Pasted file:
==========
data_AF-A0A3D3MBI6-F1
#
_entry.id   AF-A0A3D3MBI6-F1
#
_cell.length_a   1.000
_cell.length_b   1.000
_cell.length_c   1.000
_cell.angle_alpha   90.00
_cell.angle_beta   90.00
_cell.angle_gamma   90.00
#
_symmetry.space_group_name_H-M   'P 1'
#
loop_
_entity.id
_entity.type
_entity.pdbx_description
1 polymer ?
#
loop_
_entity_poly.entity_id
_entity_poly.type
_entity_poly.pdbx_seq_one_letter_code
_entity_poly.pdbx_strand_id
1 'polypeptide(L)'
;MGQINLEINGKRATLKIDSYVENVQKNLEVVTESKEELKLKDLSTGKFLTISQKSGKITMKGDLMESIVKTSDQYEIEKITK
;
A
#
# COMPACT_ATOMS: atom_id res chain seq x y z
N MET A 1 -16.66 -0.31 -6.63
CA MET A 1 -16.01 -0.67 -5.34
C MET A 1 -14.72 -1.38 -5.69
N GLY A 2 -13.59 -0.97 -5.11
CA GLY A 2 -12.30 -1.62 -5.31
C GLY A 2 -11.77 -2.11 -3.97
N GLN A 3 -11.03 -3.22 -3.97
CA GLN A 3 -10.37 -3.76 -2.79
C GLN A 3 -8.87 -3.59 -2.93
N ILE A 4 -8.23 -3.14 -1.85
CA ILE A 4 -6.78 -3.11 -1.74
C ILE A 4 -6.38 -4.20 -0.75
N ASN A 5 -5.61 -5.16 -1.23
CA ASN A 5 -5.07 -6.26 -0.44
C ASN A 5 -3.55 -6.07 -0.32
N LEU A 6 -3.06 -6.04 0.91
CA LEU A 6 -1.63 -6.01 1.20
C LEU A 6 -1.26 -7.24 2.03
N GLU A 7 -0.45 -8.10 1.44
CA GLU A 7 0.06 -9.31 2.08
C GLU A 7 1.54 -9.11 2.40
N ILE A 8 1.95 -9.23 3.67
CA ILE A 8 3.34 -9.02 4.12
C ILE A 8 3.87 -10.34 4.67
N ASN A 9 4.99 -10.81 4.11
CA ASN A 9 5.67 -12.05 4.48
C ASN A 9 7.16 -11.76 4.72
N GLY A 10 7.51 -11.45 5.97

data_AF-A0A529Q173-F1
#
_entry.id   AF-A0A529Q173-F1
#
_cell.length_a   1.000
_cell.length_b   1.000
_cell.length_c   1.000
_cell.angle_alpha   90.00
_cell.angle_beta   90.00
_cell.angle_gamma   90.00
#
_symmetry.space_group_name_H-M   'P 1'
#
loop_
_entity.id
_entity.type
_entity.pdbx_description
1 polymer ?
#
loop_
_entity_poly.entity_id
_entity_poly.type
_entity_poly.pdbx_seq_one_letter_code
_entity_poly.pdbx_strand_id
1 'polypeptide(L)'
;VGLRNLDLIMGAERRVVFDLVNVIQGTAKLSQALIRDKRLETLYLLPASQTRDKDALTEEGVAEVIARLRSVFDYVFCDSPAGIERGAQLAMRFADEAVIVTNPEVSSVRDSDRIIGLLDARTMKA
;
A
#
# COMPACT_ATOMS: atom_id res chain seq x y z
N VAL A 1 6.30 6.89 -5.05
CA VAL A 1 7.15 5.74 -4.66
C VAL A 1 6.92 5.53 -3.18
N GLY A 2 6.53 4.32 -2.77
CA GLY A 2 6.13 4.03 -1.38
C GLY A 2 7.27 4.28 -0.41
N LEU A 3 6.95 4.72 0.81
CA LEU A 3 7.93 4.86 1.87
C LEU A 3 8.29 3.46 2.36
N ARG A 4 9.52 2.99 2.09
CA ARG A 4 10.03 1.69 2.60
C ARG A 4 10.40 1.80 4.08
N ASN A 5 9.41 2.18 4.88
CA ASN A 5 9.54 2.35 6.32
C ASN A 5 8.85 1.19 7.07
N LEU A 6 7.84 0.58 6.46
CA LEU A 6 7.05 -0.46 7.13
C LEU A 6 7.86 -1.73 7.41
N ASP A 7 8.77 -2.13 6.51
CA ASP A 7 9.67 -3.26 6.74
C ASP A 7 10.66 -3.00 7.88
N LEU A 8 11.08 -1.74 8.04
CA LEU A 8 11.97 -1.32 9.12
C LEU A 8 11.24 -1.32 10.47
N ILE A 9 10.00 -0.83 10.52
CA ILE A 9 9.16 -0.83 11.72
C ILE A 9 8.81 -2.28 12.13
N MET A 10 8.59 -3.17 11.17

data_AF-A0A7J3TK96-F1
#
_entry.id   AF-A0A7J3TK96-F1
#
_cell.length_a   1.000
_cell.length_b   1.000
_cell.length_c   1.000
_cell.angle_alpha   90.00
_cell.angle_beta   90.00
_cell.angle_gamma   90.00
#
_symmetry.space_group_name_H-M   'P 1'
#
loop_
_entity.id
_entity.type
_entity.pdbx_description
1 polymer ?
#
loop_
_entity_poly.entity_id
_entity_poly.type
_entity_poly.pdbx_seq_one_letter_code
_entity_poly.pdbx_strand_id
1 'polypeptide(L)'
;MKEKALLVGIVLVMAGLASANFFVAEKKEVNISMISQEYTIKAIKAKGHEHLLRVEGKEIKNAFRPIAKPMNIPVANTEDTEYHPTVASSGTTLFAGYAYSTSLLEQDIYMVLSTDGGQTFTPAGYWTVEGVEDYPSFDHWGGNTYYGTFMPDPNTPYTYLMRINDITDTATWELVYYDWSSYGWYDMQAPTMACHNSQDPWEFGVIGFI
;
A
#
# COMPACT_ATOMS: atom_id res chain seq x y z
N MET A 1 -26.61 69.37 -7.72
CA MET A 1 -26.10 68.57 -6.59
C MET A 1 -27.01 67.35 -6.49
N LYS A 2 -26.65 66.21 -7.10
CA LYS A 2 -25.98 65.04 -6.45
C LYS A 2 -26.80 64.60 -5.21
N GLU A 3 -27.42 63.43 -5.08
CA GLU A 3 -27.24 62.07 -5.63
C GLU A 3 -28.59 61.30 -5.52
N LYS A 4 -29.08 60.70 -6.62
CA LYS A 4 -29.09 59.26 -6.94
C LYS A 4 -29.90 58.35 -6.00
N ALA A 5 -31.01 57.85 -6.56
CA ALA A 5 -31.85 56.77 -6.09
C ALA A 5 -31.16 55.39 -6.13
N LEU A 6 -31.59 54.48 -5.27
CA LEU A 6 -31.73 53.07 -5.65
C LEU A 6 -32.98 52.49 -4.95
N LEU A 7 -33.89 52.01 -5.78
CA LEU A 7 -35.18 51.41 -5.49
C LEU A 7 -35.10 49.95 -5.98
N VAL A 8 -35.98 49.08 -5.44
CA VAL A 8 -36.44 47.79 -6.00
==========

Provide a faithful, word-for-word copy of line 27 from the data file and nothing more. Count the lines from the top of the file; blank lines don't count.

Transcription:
;